Marambra’s ability to be a properly functioning parent is negatively affected by her bipolar disorder. One one visit, Uxbal refers to her past alcohol abuse, and engages in some “checking up” on her. It is made clear that she has engaged in impulsive behavior in the past during manic states, and implied that she may be “self-medicating”. In one scene where she appears to be in a manic state, she is lively, gossiping, and amusing, as well as doting on the children. But on another occasion, she locks the little boy in the basement as a disciplinary measure. Somewhat later, it is made clear that the depressive phase of her condition is coming on. While I do not have any information about the state of affairs in Spain’s mental health system, Marambra makes reference to having previously gone to a “clinic” for her mental illness, where she was “tied up”. No psychiatric medications are seen or spoken of, and nor is electroshock.

Perhaps Marambra realizes she needs to regain her equilibrium for the sake of her children, because she goes to the clinic in spite of the deterrent of being restrained. Uxbal takes the children for the duration, and tells the children the truth, but he also tells them that while she needs to “rest” at the moment, they will be able to visit her later on “any time they want”. She is still in the clinic when Uxbal’s condition becomes worse and he dies.

The Oxford Murders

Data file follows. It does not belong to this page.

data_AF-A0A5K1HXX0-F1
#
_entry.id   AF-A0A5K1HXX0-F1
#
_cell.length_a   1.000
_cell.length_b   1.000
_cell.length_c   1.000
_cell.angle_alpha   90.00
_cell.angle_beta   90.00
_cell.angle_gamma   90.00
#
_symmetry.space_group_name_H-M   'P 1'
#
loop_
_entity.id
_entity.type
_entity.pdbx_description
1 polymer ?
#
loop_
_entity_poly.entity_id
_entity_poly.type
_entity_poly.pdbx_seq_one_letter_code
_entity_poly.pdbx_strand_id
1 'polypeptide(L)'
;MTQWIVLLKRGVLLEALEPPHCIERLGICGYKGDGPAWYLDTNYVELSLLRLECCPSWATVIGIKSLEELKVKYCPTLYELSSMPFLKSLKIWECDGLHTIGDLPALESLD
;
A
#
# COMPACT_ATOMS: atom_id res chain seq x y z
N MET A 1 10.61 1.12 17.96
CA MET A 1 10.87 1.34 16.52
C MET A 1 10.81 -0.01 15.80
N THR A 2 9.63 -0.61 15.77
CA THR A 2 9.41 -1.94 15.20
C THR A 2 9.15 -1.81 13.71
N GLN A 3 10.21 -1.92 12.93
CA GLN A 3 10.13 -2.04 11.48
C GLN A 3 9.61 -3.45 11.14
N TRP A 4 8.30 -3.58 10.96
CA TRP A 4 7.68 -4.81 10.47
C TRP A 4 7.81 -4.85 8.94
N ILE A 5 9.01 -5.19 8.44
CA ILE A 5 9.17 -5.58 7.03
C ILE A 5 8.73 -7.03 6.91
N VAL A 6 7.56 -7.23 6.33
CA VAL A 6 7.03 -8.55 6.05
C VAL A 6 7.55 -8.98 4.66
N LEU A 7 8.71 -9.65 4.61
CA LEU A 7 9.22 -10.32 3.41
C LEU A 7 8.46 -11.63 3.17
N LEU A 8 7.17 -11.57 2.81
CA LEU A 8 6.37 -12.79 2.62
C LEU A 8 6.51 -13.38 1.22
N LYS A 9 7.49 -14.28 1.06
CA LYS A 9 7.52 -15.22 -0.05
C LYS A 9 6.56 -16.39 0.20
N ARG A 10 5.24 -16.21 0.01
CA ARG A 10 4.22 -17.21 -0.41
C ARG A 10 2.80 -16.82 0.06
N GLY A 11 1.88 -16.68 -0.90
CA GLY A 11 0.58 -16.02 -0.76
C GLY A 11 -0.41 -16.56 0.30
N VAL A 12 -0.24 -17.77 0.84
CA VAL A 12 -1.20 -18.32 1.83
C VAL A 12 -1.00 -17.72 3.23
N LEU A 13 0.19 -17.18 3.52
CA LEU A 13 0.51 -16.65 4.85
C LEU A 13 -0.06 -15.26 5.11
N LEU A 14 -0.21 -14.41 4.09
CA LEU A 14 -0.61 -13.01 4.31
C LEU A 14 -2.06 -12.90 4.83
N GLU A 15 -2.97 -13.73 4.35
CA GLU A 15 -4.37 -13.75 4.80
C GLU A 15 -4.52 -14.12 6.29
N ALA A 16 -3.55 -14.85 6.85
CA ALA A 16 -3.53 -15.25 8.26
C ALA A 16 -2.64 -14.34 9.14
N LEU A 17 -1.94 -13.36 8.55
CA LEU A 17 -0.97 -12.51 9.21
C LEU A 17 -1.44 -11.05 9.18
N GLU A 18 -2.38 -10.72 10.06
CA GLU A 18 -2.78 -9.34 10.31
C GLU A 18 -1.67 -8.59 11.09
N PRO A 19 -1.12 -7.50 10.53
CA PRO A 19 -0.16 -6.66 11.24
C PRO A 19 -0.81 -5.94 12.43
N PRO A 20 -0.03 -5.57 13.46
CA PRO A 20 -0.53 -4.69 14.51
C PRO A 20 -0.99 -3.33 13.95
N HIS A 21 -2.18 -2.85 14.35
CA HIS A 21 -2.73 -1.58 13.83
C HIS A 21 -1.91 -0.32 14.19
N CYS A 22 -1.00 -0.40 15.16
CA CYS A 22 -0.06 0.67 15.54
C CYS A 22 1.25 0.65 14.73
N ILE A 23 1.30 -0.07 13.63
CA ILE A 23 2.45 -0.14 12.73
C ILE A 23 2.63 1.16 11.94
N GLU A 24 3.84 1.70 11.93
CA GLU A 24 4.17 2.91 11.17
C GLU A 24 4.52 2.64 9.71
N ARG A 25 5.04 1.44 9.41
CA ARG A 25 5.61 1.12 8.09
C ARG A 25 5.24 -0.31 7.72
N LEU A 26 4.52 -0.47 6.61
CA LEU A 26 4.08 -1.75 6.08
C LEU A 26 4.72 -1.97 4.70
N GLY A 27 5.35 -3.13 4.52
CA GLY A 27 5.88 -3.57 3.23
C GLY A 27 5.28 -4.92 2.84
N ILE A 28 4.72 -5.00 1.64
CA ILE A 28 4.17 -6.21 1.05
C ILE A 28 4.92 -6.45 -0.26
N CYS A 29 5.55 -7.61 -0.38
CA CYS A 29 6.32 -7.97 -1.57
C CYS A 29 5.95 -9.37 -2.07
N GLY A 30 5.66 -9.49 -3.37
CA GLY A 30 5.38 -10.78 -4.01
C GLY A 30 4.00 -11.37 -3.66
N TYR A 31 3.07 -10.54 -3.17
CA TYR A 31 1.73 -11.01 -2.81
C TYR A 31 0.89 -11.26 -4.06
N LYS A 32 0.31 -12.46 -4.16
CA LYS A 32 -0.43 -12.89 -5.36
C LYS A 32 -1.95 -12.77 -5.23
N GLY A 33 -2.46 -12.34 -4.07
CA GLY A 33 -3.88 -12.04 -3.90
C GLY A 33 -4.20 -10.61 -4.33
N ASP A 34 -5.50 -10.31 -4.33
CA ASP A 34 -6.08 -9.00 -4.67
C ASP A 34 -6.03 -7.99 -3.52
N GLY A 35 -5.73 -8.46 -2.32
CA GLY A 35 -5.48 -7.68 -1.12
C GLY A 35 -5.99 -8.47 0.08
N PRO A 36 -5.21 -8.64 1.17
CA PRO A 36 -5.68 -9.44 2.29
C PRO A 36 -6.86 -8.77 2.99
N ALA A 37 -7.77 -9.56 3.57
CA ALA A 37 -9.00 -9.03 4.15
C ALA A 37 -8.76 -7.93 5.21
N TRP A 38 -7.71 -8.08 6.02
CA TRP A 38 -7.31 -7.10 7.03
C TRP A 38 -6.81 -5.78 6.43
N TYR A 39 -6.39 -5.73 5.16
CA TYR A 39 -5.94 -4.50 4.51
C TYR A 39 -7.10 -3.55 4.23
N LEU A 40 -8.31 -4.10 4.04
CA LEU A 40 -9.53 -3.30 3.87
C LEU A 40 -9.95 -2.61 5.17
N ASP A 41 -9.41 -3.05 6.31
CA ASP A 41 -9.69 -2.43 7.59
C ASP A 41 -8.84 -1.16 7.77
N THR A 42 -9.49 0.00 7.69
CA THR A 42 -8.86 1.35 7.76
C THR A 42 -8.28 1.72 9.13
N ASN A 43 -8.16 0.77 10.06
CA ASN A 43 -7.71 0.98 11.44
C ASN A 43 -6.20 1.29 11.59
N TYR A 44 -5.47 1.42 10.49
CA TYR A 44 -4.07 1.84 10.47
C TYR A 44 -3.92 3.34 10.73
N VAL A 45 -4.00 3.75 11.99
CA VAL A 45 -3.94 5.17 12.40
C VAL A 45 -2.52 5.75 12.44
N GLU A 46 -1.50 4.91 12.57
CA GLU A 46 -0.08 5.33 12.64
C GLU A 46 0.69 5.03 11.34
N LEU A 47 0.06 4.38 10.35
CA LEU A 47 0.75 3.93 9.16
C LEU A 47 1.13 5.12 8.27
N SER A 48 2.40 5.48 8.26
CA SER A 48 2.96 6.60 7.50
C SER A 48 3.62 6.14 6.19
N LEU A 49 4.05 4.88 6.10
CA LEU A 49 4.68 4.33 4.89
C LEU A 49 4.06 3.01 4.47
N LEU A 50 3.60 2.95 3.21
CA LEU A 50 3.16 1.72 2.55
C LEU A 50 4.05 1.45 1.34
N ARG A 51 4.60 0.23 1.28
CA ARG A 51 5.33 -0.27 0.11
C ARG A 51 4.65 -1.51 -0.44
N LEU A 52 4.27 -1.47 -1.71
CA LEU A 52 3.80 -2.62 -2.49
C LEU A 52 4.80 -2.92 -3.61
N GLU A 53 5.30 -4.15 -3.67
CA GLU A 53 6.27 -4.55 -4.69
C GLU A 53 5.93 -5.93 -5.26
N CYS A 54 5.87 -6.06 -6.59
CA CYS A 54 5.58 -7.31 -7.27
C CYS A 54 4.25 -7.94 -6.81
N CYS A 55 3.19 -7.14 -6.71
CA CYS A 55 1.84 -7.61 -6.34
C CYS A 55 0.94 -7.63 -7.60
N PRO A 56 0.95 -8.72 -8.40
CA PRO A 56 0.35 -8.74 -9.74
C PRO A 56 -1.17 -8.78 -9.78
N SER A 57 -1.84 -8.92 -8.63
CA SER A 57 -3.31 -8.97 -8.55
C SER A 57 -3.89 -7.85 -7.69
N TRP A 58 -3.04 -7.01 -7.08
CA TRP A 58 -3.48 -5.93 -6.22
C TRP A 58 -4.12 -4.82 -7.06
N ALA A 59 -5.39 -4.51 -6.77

Our first glimpse of the myriad allusions to disability in The Oxford Murders is that of an elderly lady, Mrs. Eagleton, who rents out a room to Martin, a promising young mathematics student who just arrived at Oxford. It is not the intent of Disability Movies to unnecessarily conflate advanced age with disability; we are not shown explicitly what Mrs. Eagleton needed help with or why she had no home health aide–she seems perfectly able to walk to the door, feed herself and play board games–though she is described as a cancer survivor. Her daughter Beth is introduced as her sole caregiver, and vocalizes her resentment of that role to Martin.

Martin attempts to meet an old friend of Mrs. Eagleton, prominent mathematician Arthur Seldom. Seldom gives him the brush-off until they happen to visit Mrs. Eagleton’s home at the same time to find her dead, with a broken nose. The police briefly question her daughter, but Martin–who has been attracted to her–assures them she wouldn’t have done it. Instead, he turns their attention to a strange sequence of symbols they notice. The two mathematicians and the police concur that there’s something fishy about this, and speculate wildly about the meaning of the symbols.

(Permit me a brief digression while I inform you of the fleeting shot of a black cab stopping at a curb across the street from our protagonists during one such conversation about the interpretation of the symbols, and once the cab pulls away it becomes apparent that a wheelchair user and companion have disembarked. Huzzah for the wheelchair accessible London cab fleet!)

Here the movie takes a turn for the weird. Seldom and Martin visit an old friend of Seldom’s in the hospital, deranged triple-amputee Kalman. An able-bodied actor was used, necessitating an uncomfortable false bed for the actor and digital trickery to erase the superfluous limbs:

Kalman with a human skull, presumably before going bonkers.